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Gerard's Herbal - Part 3

Gerard's Herbal - CHAP. 259. Of French Marigold, or African Marigold.

CHAP. 259. Of French Marigold, or African Marigold.

Fig. 1110. Great Double African Marigold (1)

Fig. 1111. Great Single African or French Marigold (3)


The Description.

            1. The great double African Marigold hath a great long brown reddish stalk, crested, furrowed and somewhat knobby, dividing itself toward the top into other branches; whereupon do grow leaves composed of many small leaves set upon a middle rib by couples, much like unto the leaves of wild Valerian, bearing at the top very fair and beautiful double yellow flowers, greater and more double than the greatest Damask Rose, of a strong smell, but not unpleasant. The flowers being past, there suceeedeth long black flat seed: the whole plant perisheth at the first approach of winter.

            2. There is little difference between this and the precedent, or last described, saving that this plant is much lesser and bringeth forth more store of flowers, which maketh the difference. And we may therefore call it Flos aphricanus minor moltiflorus, the Small Double African Marigold.

            3. The Single Great African Marigold hath a thick root, with some fibres annexed thereto; from which riseth up a thick stalk chamfered and furrowed, of the height of two cubits, divided into other small branches; whereupon are set long leaves, compact or composed of many little ones like those of the Ash tree, of a strong smell, yet not very unpleasant: on the top of the branches do grow yellow single flowers composed in the middle of a bundle of yellow thrums hard thrust together, paled about the edges with a border of yellow leaves; after which cometh long black seed. The whole plant perisheth with the first frost, and must be sown yearly as the other sorts must be.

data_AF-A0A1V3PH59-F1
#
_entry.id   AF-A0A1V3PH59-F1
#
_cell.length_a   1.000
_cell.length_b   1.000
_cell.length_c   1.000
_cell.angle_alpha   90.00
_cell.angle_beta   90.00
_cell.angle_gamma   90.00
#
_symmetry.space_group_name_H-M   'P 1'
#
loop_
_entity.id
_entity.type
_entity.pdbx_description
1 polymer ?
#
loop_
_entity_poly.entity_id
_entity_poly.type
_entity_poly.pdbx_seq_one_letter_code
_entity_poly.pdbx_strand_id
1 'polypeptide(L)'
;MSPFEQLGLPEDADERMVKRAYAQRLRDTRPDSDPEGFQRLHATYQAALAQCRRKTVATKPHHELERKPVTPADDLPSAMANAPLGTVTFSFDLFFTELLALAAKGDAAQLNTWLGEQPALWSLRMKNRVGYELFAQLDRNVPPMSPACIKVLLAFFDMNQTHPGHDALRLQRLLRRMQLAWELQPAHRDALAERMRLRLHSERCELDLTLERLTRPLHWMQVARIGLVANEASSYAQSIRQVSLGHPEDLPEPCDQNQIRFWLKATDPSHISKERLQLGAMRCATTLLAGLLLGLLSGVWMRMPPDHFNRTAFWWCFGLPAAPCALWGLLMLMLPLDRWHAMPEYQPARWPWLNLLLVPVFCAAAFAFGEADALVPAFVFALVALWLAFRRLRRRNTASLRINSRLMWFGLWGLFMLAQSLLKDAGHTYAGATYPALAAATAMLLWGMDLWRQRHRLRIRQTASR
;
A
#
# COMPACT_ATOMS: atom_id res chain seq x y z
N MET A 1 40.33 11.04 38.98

Fig. 1112. Small African or French Marigold (4)

            4. The Common African or as they vulgarly term it French Marigold hath small weak and tender branches trailing upon the ground, reeling and leaning this way and that way, beset with leaves consisting of many particular leaves, indented about the edges, which being, held up against the sun, or to the light, are seen to be full of holes like a sieve, even as those of Saint John's Wort: The flowers stand at the top of the springy branches forth of long cups or husks, consisting of eight or ten small leaves, yellow underneath, on the upper side of a deeper yellow tending to the colour of a dark crimson velvet, as also soft in handling: but to describe the colour in words, it is not possible, but this way; lay upon paper with a pencil a yellow colour called massicot, which being dry, lay the same over with a little saffron steeped in water or wine, which setteth forth most lively the colour. The whole plant is of a most rank and unwholesome smell, and perisheth at the first frost.

The Place.

            They are cherished and sown in gardens every year: they grow everywhere almost in Africa of themselves, from whence we first had them, and that was when Charles the Fifth Emperor of Rome made a famous conquest of Tunis; whereupon it was called Flos africanus, or Flos tunctanus.